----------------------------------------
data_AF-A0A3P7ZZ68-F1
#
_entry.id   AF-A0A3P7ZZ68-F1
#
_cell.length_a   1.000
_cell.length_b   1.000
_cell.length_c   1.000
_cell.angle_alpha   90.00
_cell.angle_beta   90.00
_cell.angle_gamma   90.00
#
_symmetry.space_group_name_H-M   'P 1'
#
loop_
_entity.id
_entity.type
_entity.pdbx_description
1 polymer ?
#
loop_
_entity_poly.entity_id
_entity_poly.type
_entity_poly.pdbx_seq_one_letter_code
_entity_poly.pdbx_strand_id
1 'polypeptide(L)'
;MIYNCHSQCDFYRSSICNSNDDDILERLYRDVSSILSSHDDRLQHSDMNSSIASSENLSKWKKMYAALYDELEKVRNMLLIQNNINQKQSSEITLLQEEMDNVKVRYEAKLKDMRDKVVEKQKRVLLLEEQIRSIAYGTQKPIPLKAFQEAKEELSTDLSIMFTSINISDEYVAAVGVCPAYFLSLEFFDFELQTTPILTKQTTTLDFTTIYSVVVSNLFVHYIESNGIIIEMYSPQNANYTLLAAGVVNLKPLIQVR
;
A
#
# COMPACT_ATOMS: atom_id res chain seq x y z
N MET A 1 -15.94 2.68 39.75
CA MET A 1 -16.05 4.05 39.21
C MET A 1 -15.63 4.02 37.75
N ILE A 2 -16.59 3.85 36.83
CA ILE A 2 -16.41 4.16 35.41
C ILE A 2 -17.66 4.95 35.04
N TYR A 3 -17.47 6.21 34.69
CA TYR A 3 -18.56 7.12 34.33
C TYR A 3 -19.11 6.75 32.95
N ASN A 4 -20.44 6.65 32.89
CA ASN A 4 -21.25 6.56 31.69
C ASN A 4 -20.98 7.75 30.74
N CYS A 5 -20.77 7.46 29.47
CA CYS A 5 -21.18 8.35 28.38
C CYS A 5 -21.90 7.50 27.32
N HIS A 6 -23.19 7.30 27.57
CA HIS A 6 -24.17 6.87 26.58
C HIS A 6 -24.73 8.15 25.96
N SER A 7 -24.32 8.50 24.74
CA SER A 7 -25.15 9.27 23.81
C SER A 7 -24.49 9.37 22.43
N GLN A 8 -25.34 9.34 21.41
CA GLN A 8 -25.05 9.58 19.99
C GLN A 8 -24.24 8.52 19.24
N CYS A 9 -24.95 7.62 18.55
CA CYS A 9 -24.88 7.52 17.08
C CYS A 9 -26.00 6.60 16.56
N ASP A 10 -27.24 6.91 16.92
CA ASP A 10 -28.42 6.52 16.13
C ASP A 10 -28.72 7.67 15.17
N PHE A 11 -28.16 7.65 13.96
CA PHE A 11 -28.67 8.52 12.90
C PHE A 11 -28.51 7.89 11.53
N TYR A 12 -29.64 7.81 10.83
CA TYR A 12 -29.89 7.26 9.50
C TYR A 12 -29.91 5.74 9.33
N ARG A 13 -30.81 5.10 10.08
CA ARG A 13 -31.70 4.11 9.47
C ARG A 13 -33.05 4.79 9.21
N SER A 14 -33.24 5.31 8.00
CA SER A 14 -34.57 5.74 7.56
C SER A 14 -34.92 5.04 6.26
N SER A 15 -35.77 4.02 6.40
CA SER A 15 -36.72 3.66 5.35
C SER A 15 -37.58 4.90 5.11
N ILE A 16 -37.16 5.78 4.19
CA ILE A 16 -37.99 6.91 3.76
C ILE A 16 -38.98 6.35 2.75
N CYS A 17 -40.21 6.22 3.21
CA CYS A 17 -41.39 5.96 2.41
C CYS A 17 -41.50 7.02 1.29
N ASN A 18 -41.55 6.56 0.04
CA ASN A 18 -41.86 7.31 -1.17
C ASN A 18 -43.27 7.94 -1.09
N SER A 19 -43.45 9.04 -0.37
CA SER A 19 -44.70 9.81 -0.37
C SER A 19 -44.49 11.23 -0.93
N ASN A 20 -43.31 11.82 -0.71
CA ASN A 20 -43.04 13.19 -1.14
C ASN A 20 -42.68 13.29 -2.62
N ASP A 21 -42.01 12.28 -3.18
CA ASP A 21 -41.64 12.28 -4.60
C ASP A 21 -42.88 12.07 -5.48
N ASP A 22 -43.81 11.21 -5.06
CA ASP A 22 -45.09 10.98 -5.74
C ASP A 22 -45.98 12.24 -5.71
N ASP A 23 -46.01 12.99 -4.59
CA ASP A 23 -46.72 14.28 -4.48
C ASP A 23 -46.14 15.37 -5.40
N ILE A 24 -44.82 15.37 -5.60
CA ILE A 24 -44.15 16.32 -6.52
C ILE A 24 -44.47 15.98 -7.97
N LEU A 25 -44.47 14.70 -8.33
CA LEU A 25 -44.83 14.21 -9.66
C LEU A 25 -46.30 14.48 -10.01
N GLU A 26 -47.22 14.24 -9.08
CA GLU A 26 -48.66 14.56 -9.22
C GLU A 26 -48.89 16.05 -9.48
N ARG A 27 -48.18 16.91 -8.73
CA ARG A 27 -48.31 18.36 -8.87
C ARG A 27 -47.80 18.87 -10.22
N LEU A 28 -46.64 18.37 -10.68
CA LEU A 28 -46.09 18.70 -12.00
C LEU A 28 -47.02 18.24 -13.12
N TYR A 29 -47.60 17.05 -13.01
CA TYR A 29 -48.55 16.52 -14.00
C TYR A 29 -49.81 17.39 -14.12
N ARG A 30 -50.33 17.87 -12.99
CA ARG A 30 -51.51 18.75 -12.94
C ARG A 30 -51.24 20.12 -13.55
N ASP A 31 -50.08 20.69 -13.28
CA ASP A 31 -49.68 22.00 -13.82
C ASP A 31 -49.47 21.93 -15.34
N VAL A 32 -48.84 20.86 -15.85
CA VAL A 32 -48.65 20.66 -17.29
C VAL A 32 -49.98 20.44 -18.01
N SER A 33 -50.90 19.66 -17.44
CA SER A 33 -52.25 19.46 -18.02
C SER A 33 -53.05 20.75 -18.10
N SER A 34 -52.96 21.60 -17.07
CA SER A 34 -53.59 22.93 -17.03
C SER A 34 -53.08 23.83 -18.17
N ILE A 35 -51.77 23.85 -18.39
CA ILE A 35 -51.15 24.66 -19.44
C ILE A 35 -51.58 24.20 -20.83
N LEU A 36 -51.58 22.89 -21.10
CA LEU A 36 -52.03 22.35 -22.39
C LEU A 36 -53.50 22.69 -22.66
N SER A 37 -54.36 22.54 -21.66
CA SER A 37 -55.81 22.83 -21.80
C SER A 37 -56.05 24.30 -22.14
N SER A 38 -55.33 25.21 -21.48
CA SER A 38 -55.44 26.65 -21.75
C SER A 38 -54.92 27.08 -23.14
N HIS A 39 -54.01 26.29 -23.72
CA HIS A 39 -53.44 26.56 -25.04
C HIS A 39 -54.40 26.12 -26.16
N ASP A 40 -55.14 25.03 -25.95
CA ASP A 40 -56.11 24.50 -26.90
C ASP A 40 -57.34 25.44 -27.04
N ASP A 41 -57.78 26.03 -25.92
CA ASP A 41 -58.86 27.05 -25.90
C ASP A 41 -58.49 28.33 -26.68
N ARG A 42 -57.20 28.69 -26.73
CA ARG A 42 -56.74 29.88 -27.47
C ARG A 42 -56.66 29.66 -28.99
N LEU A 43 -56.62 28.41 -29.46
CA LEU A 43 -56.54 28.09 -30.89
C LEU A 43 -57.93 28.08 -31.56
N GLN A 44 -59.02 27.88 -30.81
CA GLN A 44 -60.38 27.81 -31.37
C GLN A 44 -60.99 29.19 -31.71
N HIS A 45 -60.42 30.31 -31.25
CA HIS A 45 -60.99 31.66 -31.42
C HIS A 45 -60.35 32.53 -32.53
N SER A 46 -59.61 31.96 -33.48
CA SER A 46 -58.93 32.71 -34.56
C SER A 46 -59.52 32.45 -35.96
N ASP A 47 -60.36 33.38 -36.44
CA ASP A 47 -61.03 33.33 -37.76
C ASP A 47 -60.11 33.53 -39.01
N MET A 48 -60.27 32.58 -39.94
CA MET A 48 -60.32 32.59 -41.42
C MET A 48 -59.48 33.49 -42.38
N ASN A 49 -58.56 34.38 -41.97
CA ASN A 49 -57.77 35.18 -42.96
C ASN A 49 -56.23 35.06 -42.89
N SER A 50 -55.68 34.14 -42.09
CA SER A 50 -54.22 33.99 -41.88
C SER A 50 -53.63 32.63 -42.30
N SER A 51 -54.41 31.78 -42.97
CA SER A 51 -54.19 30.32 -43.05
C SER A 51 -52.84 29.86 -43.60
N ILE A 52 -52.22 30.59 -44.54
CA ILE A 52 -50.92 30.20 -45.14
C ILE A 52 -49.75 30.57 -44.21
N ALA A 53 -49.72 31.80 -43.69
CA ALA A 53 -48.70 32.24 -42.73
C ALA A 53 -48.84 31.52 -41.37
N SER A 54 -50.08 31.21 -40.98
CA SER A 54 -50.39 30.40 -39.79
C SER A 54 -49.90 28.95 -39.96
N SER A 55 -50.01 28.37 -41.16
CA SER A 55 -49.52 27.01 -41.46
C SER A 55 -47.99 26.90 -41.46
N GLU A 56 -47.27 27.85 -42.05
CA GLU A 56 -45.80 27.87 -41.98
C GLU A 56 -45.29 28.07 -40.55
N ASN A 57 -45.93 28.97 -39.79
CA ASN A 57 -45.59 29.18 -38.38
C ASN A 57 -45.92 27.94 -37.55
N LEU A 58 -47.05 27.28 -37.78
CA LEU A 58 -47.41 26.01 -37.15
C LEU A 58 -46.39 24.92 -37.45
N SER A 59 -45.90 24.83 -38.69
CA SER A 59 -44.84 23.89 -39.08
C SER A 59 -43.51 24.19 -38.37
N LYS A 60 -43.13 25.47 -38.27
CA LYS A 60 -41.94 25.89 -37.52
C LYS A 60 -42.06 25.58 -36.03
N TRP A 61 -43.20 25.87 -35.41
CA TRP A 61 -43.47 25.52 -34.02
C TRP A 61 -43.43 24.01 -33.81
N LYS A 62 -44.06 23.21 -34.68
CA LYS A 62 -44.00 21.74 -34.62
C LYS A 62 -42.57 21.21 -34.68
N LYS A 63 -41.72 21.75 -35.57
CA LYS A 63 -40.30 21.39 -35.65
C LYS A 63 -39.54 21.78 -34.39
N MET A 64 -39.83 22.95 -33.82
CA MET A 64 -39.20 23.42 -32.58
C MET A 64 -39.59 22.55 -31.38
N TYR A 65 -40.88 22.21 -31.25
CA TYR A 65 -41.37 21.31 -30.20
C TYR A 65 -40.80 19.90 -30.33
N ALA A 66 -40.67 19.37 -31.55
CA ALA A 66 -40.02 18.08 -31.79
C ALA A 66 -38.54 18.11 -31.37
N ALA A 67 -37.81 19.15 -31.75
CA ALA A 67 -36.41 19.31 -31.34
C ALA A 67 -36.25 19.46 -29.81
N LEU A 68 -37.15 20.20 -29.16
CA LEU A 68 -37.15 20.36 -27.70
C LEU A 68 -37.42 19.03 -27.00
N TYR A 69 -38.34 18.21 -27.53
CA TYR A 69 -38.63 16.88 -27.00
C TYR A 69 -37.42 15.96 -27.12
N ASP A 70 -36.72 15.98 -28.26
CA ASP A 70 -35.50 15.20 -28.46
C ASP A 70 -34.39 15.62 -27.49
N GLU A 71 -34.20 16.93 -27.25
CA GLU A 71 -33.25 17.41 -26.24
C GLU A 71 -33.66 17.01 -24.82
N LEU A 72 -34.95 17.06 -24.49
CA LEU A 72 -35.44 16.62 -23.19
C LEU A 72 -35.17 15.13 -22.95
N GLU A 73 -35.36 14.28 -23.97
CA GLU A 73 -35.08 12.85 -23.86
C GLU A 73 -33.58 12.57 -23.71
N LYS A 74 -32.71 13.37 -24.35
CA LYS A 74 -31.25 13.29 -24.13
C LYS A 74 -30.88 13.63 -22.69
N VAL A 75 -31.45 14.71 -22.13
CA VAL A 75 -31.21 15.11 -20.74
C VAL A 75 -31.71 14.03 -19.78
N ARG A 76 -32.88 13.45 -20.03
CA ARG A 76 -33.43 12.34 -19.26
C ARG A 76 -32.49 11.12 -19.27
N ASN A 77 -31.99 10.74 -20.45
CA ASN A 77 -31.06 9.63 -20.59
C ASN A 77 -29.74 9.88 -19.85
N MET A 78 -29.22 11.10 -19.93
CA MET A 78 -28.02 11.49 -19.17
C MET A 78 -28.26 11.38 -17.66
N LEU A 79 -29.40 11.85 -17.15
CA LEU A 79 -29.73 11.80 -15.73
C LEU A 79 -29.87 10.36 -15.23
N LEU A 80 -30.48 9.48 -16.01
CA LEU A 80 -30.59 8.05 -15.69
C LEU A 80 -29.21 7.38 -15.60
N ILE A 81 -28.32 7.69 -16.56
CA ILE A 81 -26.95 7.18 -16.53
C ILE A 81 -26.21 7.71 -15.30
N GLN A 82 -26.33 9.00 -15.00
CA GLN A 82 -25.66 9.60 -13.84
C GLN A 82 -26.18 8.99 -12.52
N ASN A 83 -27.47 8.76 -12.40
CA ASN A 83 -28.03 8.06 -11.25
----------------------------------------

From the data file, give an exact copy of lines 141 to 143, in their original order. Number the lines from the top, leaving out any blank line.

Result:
C SER A 37 -56.05 24.30 -22.14
N SER A 38 -55.33 25.21 -21.48
CA SER A 38 -55.44 26.65 -21.75